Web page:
Extracting general, universal, ahistorical rulings from the heart of "absolute, ahistorical reason" and considering them applicable to all people in all ages has become more difficult today than ever before. Humanity has arrived at a healthy and beneficial pluralism and relativism, the fruit of which is modesty and the rejection of dogmatism. We must be thankful for this and see it as a good omen. But reason has not only been faced, internally, with a host of shattering, reason-crushing forms; it has also had to contend with many external rivals. I will mention three of these rivals, of which I have personal experience.
Reason and revelation
Pope Benedict XVI, in his controversial Regensburg speech, boasted of the collaboration between Christianity and Greek philosophy, describing their reconciliation and alliance as auspicious and epoch-making. He criticized Islam and Protestantism for not having established as strong a link as they should have done with rationality, particularly philosophical and Greek rationality. He even described the God of Islam as an irrational God or even an anti-rational God.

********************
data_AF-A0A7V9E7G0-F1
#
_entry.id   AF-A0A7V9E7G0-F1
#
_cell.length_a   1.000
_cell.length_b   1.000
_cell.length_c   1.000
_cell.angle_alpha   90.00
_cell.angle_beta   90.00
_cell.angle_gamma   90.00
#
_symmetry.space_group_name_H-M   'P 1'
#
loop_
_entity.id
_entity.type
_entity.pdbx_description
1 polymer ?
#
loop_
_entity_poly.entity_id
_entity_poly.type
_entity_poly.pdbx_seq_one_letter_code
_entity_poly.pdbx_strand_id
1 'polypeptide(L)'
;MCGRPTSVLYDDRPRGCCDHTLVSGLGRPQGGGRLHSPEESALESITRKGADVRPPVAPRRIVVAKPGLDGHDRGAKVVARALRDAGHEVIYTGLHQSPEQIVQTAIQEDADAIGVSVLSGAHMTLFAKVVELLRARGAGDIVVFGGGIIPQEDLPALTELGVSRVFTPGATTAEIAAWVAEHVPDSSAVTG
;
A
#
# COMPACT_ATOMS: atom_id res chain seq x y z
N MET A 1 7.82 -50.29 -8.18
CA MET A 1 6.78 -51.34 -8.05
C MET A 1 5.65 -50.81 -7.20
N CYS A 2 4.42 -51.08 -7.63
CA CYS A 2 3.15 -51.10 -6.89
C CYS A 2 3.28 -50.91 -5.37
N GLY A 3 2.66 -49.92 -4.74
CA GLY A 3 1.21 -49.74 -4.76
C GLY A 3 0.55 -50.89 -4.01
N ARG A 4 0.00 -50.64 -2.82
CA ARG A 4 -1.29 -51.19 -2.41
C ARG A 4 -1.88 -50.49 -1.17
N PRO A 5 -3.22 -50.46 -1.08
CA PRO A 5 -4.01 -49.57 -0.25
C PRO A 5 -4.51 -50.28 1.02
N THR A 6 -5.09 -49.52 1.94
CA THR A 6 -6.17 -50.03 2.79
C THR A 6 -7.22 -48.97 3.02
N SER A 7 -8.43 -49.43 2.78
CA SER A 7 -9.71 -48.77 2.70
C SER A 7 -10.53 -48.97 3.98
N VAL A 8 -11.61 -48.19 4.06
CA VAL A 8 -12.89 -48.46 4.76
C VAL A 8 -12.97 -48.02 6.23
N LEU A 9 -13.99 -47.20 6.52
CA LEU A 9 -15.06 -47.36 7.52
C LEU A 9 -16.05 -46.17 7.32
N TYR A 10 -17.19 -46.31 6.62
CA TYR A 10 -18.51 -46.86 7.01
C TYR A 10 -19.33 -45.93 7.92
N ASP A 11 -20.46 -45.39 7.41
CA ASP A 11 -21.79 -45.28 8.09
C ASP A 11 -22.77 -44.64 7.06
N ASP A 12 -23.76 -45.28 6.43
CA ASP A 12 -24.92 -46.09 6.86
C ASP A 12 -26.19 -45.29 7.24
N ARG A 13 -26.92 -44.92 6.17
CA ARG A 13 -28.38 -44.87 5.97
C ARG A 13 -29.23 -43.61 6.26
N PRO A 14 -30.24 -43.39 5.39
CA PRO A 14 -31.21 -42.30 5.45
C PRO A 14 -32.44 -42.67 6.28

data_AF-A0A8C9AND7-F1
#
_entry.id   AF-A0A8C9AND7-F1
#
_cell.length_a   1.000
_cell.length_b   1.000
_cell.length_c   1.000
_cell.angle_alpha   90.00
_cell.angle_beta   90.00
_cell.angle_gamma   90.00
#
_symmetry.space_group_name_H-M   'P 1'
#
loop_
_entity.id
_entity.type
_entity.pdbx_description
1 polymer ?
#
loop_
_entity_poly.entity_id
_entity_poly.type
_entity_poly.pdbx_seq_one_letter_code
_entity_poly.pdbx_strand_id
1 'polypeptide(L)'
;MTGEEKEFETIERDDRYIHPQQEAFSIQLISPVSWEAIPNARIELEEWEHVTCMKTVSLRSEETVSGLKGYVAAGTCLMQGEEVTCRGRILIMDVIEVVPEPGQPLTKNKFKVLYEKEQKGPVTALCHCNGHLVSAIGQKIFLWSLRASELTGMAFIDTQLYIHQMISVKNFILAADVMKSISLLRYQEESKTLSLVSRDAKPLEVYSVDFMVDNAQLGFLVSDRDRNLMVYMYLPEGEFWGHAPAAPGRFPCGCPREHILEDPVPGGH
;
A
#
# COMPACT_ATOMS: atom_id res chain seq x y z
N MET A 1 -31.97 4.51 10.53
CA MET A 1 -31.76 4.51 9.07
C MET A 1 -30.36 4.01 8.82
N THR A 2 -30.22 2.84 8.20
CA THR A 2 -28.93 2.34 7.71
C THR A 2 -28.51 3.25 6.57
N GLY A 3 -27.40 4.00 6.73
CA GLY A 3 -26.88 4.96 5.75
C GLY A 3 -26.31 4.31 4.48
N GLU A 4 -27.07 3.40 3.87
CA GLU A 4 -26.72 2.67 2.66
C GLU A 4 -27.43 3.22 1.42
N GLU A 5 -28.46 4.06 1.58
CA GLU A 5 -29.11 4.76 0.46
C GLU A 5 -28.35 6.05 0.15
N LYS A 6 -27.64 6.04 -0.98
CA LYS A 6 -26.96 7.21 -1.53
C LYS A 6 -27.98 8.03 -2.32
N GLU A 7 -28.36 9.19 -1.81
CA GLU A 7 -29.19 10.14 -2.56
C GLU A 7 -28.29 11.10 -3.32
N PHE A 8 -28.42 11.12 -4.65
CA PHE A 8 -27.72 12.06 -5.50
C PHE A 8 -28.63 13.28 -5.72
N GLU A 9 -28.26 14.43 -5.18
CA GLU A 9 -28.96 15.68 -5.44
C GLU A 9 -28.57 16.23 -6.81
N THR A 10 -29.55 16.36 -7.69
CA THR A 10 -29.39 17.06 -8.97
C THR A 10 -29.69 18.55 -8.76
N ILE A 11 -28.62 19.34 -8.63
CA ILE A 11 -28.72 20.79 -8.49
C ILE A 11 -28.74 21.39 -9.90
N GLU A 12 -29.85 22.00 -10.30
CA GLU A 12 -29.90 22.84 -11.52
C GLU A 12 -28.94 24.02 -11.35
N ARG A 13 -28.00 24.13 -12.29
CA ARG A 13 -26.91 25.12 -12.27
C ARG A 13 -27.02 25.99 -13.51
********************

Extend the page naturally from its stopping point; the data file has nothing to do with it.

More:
This is not the place at which to assess the Pope's at times inaccurate and ill-judged remarks. The point is that the relationship between reason and revelation has never been smooth and altogether friendly. Revelation-independent reason has always been viewed as a rival of revelation and prophets never liked being called philosophers. Theologians, who made religious belief reasoned and rational, and saw themselves as serving religion in this way, were considered traitors by religions' orthodox followers. The latter were of the opinion that rationalizing religion meant subjecting religion to reason and measuring its truth and veracity on the scale of rationality, and that this was, at the very least, a suspect and useless thing to do. Believers maintained that revelation had come to assist reason; how, then, could this relationship be turned on its head by having reason assist revelation? Some would go even further and say that the candle of reason was useful in the gloom that preceded revelation; once the sun of revelation dawned, that candle had to be snuffed out.